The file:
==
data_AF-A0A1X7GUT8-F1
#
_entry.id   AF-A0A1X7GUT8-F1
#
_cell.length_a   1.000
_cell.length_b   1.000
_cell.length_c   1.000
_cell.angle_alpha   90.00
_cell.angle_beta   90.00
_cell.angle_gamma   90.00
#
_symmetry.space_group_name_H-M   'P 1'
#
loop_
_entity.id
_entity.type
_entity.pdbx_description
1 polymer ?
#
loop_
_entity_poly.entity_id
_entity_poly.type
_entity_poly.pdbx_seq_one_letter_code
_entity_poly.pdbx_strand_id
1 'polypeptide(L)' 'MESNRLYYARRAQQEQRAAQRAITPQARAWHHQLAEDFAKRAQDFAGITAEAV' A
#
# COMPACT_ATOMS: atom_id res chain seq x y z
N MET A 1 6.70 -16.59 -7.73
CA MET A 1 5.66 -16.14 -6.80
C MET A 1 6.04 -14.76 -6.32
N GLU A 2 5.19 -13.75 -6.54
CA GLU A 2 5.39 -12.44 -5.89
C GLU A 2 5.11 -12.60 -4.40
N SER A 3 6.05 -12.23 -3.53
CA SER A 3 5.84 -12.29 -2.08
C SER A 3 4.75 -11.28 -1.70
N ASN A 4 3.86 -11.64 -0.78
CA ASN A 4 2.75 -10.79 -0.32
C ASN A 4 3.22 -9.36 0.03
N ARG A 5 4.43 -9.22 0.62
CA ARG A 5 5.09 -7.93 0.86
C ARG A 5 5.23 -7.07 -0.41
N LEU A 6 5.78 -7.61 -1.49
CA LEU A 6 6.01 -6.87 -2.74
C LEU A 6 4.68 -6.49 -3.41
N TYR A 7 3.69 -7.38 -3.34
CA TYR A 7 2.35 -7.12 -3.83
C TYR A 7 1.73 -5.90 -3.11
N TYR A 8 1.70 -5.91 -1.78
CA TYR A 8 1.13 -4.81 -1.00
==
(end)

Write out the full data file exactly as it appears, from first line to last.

data_AF-A0A1X7GUT8-F1
#
_entry.id   AF-A0A1X7GUT8-F1
#
_cell.length_a   1.000
_cell.length_b   1.000
_cell.length_c   1.000
_cell.angle_alpha   90.00
_cell.angle_beta   90.00
_cell.angle_gamma   90.00
#
_symmetry.space_group_name_H-M   'P 1'
#
loop_
_entity.id
_entity.type
_entity.pdbx_description
1 polymer ?
#
loop_
_entity_poly.entity_id
_entity_poly.type
_entity_poly.pdbx_seq_one_letter_code
_entity_poly.pdbx_strand_id
1 'polypeptide(L)' 'MESNRLYYARRAQQEQRAAQRAITPQARAWHHQLAEDFAKRAQDFAGITAEAV' A
#
# COMPACT_ATOMS: atom_id res chain seq x y z
N MET A 1 6.70 -16.59 -7.73
CA MET A 1 5.66 -16.14 -6.80
C MET A 1 6.04 -14.76 -6.32
N GLU A 2 5.19 -13.75 -6.54
CA GLU A 2 5.39 -12.44 -5.89
C GLU A 2 5.11 -12.60 -4.40
N SER A 3 6.05 -12.23 -3.53
CA SER A 3 5.84 -12.29 -2.08
C SER A 3 4.75 -11.28 -1.70
N ASN A 4 3.86 -11.64 -0.78
CA ASN A 4 2.75 -10.79 -0.32
C ASN A 4 3.22 -9.36 0.03
N ARG A 5 4.43 -9.22 0.62
CA ARG A 5 5.09 -7.93 0.86
C ARG A 5 5.23 -7.07 -0.41
N LEU A 6 5.78 -7.61 -1.49
CA LEU A 6 6.01 -6.87 -2.74
C LEU A 6 4.68 -6.49 -3.41
N TYR A 7 3.69 -7.38 -3.34
CA TYR A 7 2.35 -7.12 -3.83
C TYR A 7 1.73 -5.90 -3.11
N TYR A 8 1.70 -5.91 -1.78
CA TYR A 8 1.13 -4.81 -1.00